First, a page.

| There is increasing speculation that AGN are intimately linked to the evolution of their host galaxies. Not only are they triggered as galaxies build up mass through gas accretion, but they also have the potential to drive massive outflows that can directly affect galaxy evolution by heating the gas and expelling it from galaxy bulges. However, there remain considerable uncertainties about how, when and where AGN are triggered as galaxies evolve, and what the observed diversity of the AGN population can tell us about the accretion processes close the central black holes.
In this talk I will present new Gemini, VLT, Spitzer and Herschel results for the 2Jy sample of luminous, radio-loud AGN which provide key information on the triggering mechanisms and accretion processes.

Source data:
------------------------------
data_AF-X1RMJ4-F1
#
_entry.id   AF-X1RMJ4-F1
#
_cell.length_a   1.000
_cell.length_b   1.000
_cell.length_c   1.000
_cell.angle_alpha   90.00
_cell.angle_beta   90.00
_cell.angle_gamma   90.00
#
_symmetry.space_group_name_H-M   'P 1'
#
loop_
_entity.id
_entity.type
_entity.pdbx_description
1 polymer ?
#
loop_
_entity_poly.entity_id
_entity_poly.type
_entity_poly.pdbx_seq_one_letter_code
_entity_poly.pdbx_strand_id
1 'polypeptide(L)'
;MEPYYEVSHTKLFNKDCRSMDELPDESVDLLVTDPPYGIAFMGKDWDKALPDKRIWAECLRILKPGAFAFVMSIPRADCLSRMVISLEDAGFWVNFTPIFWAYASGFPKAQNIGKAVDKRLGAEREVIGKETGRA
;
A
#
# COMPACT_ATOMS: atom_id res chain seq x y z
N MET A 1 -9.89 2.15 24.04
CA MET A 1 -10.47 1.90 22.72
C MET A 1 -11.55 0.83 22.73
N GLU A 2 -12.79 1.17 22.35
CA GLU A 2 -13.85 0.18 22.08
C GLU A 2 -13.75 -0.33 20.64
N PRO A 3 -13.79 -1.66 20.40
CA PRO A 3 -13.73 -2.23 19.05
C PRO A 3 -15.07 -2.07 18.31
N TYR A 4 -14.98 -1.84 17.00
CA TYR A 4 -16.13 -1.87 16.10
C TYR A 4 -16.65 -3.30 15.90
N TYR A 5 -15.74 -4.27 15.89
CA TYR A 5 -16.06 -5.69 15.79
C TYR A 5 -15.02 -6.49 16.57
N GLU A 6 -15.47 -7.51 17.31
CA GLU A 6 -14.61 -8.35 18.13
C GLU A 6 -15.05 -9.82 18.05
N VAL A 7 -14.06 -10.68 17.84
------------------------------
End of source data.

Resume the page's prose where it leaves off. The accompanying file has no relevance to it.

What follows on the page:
The image shows a JVLA radio map of the radio galaxy Hercules A (pink) overlaid on an optical HST/WFPC3 image of the host galaxy and surrounding field (greyscale). The bubble-like structures in the south-western radio lobe suggest that the radio source activity is intermittent, and that the radio source has gone through several cycles of recent activity. Such intermittency is important in understanding the observed diversity in the radio galaxy population.
|Image Credits: NASA, ESA, S. Baum and C. O'Dea (RIT), R. Perley and W. Cotton (NRAO/AUI/NSF), and the Hubble Heritage Team (STScI/AURA)